Background Functional status has been previously shown in the elderly cancer population to predict both mortality as well as treatment tolerance. The goal of this study was to determine if there are certain subsets of the elderly breast cancer population that are at higher risk of experiencing functional decline following treatment. Methods Patient charts from the Edwards Comprehensive Cancer Center in Huntington, West Virginia, from January 2006 - January 2016 were reviewed. Relevant inclusion criteria included patients of 65 years of age and older with a new diagnosis of Stage 0-III breast cancer. Functional decline was defined as an increase of at least one point in Eastern Cooperative Oncology Group (ECOG) scores within one year of diagnosis. ECOG performance status was subjectively determined by the physician. Fisher's exact test and Pearson's Chi-squared test were initially utilized to assess potential factors associated with functional decline such as pretreatment ECOG score, age at diagnosis, stage, hormone receptor status, type of surgery received, whether radiation therapy, chemotherapy, or hormonal therapy was received, medical comorbidities, body mass index (BMI), complaints of weakness at diagnosis, and ambulatory status. Factors that were found to be significant were further assessed via multivariate logistic regressions. Results Three-hundred and fourteen patients were identified as meeting inclusion criteria. At one-year follow-up, 45 patients (14.3% of the cohort) had documented functional decline. On initial analysis, factors associated with functional decline included Stage III disease (p=0.002) and complaints of weakness at diagnosis (p=0.004). Following multivariate analysis, Stage III disease (p = 0.02), complaints of weakness at diagnosis (p = 0.04), and bilateral mastectomy (p = 0.03) were significantly associated with functional decline. Conclusion Patients who were diagnosed with Stage III breast cancer, had complaints of weakness at time of diagnosis, or had bilateral mastectomies were more likely to have a decline in functional status at one-year follow-up. Awareness of factors associated with functional decline in the elderly Appalachian population with Stage 0-III breast cancer will be useful during discussions regarding patient expectations, treatment, and goals of care. Elderly breast cancer patients for whom bilateral prophylactic mastectomies are not indicated may be better served by lumpectomy alone (based on patient age, hormone receptor status, and tumor size), lumpectomy followed by radiation therapy, or unilateral mastectomy to maximize the likelihood of functional preservation following treatment.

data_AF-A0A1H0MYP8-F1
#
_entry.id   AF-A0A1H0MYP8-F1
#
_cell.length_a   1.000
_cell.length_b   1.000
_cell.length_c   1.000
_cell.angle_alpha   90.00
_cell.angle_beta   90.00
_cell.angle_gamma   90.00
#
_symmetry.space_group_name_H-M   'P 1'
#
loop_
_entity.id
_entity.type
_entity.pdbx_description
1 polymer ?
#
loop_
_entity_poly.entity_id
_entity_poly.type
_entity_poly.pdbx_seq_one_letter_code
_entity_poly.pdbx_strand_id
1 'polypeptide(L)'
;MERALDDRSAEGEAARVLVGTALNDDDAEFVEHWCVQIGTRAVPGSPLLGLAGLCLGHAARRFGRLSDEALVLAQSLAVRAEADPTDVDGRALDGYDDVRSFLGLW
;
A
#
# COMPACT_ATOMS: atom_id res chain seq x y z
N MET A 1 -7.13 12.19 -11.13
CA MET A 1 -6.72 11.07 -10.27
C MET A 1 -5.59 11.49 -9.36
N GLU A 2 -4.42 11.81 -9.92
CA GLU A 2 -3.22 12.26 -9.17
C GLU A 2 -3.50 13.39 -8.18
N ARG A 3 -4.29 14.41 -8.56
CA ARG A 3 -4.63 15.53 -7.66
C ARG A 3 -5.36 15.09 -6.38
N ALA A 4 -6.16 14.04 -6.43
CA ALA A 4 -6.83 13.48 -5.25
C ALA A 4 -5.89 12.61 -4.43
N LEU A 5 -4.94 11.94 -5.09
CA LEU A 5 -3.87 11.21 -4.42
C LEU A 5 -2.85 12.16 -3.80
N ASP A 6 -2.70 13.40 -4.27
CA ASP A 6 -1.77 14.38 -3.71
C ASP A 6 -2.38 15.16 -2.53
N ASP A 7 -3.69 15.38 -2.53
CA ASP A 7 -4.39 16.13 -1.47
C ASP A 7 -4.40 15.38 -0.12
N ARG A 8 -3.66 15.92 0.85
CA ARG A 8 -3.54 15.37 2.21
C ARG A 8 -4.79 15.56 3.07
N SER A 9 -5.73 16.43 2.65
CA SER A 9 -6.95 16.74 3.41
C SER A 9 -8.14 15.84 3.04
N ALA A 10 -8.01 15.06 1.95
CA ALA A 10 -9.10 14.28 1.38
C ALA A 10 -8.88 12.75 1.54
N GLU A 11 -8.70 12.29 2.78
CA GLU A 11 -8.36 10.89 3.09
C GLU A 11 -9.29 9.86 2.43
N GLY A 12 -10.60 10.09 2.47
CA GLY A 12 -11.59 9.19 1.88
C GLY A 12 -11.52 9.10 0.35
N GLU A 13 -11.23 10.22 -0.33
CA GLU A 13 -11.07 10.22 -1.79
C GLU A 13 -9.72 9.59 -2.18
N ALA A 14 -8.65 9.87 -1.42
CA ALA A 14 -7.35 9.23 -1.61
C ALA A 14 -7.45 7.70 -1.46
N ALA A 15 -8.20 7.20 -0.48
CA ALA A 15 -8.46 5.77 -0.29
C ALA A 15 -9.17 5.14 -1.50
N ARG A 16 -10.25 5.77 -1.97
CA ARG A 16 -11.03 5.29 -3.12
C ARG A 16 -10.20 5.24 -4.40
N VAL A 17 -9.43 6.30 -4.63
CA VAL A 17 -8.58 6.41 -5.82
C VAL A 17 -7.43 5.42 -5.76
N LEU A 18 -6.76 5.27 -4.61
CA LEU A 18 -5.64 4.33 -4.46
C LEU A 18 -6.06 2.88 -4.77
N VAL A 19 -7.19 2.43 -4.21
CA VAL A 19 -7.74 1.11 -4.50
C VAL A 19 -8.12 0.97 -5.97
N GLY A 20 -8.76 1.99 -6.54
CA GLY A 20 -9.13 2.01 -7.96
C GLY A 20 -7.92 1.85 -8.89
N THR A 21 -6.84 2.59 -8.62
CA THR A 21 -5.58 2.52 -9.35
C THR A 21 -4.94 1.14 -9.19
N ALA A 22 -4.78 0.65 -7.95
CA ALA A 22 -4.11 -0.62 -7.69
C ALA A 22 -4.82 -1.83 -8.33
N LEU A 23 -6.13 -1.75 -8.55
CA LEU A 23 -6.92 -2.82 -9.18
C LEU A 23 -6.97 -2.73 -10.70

• Factors associated with patient, and diagnostic delays in Chinese TB patients: a systematic review and meta-analysis